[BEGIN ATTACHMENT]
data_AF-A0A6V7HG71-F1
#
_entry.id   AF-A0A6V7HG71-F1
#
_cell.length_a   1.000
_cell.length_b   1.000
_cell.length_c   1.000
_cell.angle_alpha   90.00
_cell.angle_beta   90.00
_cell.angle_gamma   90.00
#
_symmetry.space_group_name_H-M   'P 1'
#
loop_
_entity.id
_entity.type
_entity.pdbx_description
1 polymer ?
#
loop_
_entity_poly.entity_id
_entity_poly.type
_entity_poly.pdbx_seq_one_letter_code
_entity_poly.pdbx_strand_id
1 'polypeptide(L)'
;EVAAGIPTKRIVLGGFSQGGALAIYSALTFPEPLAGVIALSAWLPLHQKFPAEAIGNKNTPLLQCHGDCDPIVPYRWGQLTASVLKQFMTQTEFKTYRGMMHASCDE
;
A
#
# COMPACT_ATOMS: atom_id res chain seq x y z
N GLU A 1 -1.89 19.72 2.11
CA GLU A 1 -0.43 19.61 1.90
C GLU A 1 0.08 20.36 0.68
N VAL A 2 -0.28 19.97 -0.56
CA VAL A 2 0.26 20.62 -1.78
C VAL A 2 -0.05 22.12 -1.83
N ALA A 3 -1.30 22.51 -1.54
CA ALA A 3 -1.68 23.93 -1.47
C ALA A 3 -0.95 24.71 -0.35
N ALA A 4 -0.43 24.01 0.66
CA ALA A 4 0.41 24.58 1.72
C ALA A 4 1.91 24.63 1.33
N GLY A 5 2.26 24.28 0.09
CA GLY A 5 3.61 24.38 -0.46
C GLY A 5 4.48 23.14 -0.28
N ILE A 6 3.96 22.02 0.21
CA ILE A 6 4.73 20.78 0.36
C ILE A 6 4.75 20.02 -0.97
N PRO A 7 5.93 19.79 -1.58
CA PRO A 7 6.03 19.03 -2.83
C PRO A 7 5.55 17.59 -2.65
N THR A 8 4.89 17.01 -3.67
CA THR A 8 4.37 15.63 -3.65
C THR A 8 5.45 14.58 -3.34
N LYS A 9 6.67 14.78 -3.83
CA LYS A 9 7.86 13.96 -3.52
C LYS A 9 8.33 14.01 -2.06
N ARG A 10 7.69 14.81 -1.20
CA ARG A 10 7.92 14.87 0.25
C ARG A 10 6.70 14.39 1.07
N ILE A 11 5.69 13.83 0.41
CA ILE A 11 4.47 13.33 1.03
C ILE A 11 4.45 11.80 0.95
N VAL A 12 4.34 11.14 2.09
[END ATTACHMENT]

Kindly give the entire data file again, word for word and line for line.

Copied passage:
data_AF-A0A6V7HG71-F1
#
_entry.id   AF-A0A6V7HG71-F1
#
_cell.length_a   1.000
_cell.length_b   1.000
_cell.length_c   1.000
_cell.angle_alpha   90.00
_cell.angle_beta   90.00
_cell.angle_gamma   90.00
#
_symmetry.space_group_name_H-M   'P 1'
#
loop_
_entity.id
_entity.type
_entity.pdbx_description
1 polymer ?
#
loop_
_entity_poly.entity_id
_entity_poly.type
_entity_poly.pdbx_seq_one_letter_code
_entity_poly.pdbx_strand_id
1 'polypeptide(L)'
;EVAAGIPTKRIVLGGFSQGGALAIYSALTFPEPLAGVIALSAWLPLHQKFPAEAIGNKNTPLLQCHGDCDPIVPYRWGQLTASVLKQFMTQTEFKTYRGMMHASCDE
;
A
#
# COMPACT_ATOMS: atom_id res chain seq x y z
N GLU A 1 -1.89 19.72 2.11
CA GLU A 1 -0.43 19.61 1.90
C GLU A 1 0.08 20.36 0.68
N VAL A 2 -0.28 19.97 -0.56
CA VAL A 2 0.26 20.62 -1.78
C VAL A 2 -0.05 22.12 -1.83
N ALA A 3 -1.30 22.51 -1.54
CA ALA A 3 -1.68 23.93 -1.47
C ALA A 3 -0.95 24.71 -0.35
N ALA A 4 -0.43 24.01 0.66
CA ALA A 4 0.41 24.58 1.72
C ALA A 4 1.91 24.63 1.33
N GLY A 5 2.26 24.28 0.09
CA GLY A 5 3.61 24.38 -0.46
C GLY A 5 4.48 23.14 -0.28
N ILE A 6 3.96 22.02 0.21
CA ILE A 6 4.73 20.78 0.36
C ILE A 6 4.75 20.02 -0.97
N PRO A 7 5.93 19.79 -1.58
CA PRO A 7 6.03 19.03 -2.83
C PRO A 7 5.55 17.59 -2.65
N THR A 8 4.89 17.01 -3.67
CA THR A 8 4.37 15.63 -3.65
C THR A 8 5.45 14.58 -3.34
N LYS A 9 6.67 14.78 -3.83
CA LYS A 9 7.86 13.96 -3.52
C LYS A 9 8.33 14.01 -2.06
N ARG A 10 7.69 14.81 -1.20
CA ARG A 10 7.92 14.87 0.25
C ARG A 10 6.70 14.39 1.07
N ILE A 11 5.69 13.83 0.41
CA ILE A 11 4.47 13.33 1.03
C ILE A 11 4.45 11.80 0.95
N VAL A 12 4.34 11.14 2.09